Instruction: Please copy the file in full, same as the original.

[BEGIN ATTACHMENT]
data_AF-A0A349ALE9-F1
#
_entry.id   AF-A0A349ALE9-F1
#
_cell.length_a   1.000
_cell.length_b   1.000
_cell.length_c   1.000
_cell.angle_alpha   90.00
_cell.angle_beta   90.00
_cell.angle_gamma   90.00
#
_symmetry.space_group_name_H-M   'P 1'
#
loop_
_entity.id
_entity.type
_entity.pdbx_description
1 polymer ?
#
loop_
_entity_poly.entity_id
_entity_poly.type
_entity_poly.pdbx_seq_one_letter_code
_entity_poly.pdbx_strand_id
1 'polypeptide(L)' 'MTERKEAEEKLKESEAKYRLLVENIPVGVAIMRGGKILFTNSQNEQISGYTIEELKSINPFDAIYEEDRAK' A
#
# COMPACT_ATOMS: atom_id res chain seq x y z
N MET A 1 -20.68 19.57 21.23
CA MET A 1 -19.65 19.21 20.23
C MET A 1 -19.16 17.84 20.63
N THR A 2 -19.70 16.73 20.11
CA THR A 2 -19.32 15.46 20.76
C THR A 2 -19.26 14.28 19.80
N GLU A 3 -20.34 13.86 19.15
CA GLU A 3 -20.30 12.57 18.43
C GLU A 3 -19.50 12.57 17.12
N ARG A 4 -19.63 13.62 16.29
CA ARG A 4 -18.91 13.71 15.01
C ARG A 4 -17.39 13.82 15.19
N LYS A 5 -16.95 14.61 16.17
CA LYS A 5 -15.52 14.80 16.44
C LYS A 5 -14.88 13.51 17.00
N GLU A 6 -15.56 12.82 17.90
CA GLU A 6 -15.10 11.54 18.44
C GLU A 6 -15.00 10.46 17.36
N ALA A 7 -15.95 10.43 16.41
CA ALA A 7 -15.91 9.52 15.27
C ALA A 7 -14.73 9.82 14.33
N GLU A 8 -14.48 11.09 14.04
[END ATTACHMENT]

data_AF-A0A349ALE9-F1
#
_entry.id   AF-A0A349ALE9-F1
#
_cell.length_a   1.000
_cell.length_b   1.000
_cell.length_c   1.000
_cell.angle_alpha   90.00
_cell.angle_beta   90.00
_cell.angle_gamma   90.00
#
_symmetry.space_group_name_H-M   'P 1'
#
loop_
_entity.id
_entity.type
_entity.pdbx_description
1 polymer ?
#
loop_
_entity_poly.entity_id
_entity_poly.type
_entity_poly.pdbx_seq_one_letter_code
_entity_poly.pdbx_strand_id
1 'polypeptide(L)' 'MTERKEAEEKLKESEAKYRLLVENIPVGVAIMRGGKILFTNSQNEQISGYTIEELKSINPFDAIYEEDRAK' A
#
# COMPACT_ATOMS: atom_id res chain seq x y z
N MET A 1 -20.68 19.57 21.23
CA MET A 1 -19.65 19.21 20.23
C MET A 1 -19.16 17.84 20.63
N THR A 2 -19.70 16.73 20.11
CA THR A 2 -19.32 15.46 20.76
C THR A 2 -19.26 14.28 19.80
N GLU A 3 -20.34 13.86 19.15
CA GLU A 3 -20.30 12.57 18.43
C GLU A 3 -19.50 12.57 17.12
N ARG A 4 -19.63 13.62 16.29
CA ARG A 4 -18.91 13.71 15.01
C ARG A 4 -17.39 13.82 15.19
N LYS A 5 -16.95 14.61 16.17
CA LYS A 5 -15.52 14.80 16.44
C LYS A 5 -14.88 13.51 17.00
N GLU A 6 -15.56 12.82 17.90
CA GLU A 6 -15.10 11.54 18.44
C GLU A 6 -15.00 10.46 17.36
N ALA A 7 -15.95 10.43 16.41
CA ALA A 7 -15.91 9.52 15.27
C ALA A 7 -14.73 9.82 14.33
N GLU A 8 -14.48 11.09 14.04